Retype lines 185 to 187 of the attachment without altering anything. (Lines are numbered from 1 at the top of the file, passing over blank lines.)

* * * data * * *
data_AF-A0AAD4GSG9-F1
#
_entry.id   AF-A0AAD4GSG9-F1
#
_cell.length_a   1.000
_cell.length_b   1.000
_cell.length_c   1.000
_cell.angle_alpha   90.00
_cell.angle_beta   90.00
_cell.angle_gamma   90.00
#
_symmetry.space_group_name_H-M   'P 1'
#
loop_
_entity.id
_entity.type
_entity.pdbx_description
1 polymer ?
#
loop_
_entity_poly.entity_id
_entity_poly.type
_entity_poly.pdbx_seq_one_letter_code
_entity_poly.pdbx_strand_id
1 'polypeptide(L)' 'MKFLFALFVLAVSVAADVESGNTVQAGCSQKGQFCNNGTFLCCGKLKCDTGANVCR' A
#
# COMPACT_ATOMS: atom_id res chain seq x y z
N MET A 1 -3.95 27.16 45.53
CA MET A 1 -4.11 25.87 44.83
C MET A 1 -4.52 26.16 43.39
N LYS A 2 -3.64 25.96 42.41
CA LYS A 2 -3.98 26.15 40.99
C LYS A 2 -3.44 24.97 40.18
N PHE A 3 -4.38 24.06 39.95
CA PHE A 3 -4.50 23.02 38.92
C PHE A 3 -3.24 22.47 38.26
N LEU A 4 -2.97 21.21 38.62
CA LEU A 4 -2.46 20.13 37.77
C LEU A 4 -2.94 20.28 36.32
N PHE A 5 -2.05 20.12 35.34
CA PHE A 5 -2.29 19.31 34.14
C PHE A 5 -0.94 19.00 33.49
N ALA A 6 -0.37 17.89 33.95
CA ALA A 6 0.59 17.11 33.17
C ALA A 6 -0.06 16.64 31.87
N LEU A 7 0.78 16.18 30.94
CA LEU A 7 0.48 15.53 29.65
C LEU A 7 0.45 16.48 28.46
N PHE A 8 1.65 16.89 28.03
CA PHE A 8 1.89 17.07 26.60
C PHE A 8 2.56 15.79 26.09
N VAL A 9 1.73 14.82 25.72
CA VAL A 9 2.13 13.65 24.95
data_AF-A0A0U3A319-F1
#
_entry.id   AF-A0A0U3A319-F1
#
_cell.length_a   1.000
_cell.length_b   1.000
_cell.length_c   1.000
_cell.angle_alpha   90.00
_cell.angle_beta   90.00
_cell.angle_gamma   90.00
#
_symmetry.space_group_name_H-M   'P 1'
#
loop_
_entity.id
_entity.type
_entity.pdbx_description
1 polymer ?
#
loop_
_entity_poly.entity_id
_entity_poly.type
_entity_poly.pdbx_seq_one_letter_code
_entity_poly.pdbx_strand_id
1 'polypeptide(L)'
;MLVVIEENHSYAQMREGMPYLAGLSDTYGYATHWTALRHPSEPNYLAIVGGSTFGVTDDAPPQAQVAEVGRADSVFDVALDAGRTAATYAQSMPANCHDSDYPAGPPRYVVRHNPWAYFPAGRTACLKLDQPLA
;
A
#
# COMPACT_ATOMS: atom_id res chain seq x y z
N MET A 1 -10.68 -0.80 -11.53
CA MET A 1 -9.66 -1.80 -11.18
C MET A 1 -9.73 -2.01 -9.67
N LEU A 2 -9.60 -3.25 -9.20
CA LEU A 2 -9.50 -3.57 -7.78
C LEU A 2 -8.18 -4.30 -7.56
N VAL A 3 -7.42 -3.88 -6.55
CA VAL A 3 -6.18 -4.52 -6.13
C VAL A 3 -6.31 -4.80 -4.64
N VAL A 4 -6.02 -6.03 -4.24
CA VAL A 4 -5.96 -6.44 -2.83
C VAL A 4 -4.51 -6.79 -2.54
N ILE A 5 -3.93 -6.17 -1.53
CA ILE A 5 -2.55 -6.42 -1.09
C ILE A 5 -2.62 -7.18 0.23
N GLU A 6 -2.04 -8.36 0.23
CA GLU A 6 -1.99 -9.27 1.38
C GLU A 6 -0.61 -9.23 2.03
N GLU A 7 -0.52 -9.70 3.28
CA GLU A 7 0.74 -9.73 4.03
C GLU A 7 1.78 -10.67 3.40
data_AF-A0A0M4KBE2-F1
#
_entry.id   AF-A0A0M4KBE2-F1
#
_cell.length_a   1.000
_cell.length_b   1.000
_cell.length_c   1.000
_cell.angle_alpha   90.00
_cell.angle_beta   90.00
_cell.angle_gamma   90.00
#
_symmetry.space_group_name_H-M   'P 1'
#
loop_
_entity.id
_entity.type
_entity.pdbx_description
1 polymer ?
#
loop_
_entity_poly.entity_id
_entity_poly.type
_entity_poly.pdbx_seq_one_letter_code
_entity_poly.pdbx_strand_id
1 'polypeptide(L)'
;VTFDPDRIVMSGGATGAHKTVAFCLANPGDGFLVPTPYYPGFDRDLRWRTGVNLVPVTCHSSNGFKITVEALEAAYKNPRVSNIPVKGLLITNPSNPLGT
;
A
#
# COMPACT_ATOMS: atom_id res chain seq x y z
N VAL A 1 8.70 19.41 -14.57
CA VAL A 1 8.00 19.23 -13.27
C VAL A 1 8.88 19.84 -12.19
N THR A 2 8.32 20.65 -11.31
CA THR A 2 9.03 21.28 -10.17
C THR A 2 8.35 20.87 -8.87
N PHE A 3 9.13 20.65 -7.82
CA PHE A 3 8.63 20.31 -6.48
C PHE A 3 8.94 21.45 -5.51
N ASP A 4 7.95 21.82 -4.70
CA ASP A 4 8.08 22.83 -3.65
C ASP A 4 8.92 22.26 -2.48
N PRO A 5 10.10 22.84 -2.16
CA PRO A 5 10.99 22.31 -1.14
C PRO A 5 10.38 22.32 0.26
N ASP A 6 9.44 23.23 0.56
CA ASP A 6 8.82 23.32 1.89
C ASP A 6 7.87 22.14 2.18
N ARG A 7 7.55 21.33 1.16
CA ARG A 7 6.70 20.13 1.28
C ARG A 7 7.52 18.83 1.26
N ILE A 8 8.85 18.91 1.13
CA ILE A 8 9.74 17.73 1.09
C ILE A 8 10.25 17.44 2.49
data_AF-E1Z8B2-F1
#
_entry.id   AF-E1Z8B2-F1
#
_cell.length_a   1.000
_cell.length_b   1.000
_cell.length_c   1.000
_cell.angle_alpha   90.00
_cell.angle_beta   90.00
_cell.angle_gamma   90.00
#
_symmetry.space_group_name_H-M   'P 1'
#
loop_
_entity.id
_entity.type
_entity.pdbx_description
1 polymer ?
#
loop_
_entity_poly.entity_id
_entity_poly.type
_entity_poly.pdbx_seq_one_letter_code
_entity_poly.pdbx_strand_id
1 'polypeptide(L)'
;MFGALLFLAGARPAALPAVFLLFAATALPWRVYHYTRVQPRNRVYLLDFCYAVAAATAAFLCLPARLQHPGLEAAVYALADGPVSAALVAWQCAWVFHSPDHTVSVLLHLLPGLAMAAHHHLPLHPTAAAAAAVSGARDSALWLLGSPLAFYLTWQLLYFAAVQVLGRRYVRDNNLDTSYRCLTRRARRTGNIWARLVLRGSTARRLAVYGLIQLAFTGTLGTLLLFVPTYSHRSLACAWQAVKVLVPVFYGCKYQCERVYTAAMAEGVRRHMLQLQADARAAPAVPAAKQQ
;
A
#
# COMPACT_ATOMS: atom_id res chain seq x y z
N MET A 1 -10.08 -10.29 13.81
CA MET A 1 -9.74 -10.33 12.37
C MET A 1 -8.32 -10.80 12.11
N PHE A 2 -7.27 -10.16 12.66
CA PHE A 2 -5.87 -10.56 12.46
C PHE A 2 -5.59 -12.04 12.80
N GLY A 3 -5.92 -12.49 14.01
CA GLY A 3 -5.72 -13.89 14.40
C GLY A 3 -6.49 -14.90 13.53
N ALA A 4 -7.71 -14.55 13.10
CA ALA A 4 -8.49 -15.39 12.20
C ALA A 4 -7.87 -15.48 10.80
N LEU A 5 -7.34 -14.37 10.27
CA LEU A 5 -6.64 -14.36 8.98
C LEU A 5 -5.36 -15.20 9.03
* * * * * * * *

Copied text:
;
A
#